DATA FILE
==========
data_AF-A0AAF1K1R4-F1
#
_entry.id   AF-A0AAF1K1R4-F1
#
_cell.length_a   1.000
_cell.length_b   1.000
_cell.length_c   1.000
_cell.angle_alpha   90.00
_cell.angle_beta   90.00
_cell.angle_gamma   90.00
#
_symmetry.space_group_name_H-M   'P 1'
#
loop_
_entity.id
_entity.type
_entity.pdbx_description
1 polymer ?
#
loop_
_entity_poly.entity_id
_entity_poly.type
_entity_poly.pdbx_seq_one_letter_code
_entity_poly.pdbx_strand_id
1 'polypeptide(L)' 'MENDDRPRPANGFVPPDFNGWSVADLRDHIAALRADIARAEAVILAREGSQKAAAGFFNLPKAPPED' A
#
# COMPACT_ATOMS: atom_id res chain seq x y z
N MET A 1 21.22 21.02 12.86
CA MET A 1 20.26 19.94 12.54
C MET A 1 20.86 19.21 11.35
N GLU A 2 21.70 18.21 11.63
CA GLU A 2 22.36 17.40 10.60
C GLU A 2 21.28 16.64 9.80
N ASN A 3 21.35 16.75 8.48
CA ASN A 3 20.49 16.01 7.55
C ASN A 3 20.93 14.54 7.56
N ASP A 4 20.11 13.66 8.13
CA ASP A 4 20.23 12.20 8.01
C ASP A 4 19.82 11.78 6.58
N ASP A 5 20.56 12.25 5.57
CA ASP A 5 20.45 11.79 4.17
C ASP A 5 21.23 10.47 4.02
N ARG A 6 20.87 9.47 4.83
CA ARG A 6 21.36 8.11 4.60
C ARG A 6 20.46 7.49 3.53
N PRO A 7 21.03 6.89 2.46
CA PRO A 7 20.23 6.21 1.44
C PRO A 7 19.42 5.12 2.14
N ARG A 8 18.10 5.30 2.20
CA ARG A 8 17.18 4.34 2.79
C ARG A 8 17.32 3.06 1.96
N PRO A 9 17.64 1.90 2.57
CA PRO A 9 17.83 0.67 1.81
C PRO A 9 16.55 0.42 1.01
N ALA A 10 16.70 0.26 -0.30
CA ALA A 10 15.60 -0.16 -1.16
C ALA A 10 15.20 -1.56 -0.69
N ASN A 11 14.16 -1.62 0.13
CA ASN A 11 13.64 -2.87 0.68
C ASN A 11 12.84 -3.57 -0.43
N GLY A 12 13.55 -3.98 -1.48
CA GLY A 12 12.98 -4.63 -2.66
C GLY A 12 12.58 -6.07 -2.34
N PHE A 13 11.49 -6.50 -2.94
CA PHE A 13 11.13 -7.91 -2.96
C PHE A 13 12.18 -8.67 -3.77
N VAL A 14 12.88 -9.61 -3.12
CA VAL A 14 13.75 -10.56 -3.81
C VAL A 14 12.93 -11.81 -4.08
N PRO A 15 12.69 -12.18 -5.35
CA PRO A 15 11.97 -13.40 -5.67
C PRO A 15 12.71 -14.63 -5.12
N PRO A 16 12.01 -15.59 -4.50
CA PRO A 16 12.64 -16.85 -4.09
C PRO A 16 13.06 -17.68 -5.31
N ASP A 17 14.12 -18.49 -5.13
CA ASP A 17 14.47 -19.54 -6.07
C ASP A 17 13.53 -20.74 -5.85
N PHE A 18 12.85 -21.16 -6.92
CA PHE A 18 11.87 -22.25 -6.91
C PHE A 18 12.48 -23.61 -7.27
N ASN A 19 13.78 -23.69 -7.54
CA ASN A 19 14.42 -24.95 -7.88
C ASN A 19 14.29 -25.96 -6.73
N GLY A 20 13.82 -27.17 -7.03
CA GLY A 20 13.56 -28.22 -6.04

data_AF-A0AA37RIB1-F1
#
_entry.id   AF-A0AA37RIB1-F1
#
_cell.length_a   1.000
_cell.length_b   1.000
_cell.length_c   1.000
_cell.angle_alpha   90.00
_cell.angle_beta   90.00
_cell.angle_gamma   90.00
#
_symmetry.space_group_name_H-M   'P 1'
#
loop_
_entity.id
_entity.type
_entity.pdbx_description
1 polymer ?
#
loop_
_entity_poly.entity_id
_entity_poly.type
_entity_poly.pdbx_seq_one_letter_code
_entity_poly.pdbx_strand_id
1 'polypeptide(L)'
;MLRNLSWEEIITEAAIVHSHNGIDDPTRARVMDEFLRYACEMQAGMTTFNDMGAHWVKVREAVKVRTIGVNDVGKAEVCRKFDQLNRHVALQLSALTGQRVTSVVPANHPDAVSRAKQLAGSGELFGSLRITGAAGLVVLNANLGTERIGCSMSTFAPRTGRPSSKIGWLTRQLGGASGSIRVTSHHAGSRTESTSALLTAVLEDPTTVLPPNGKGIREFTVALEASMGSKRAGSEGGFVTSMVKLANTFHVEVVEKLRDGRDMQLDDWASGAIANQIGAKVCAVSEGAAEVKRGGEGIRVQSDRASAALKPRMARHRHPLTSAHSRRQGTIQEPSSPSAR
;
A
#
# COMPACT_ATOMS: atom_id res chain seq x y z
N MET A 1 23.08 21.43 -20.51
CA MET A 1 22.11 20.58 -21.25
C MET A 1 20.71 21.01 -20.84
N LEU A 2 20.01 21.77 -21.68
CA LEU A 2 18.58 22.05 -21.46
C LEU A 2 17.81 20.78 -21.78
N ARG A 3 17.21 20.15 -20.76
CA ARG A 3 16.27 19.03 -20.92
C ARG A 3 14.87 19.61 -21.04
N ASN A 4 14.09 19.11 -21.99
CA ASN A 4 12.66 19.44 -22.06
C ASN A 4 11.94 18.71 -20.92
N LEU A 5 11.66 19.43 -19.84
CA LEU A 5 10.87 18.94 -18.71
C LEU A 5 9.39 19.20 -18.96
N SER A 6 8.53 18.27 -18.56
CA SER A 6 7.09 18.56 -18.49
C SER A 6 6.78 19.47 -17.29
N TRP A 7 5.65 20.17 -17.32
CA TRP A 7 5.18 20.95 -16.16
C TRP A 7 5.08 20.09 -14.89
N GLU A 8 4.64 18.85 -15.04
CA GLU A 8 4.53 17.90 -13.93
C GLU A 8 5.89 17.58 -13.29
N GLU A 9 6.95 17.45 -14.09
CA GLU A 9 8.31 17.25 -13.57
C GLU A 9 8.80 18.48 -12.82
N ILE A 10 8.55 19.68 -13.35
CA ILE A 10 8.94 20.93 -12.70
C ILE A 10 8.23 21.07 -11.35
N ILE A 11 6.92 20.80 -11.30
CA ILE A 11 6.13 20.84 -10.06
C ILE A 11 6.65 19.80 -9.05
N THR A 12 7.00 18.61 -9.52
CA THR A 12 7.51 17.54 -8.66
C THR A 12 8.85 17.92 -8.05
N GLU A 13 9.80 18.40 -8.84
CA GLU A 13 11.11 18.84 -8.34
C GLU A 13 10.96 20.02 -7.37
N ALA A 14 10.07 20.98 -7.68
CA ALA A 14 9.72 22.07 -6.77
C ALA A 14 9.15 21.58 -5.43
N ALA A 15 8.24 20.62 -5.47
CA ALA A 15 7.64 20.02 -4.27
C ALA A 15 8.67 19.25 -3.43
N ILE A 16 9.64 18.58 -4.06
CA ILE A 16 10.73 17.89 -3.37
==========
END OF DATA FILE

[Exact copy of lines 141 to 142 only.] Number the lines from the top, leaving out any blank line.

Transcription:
N GLU A 9 6.95 17.45 -14.09
CA GLU A 9 8.31 17.25 -13.57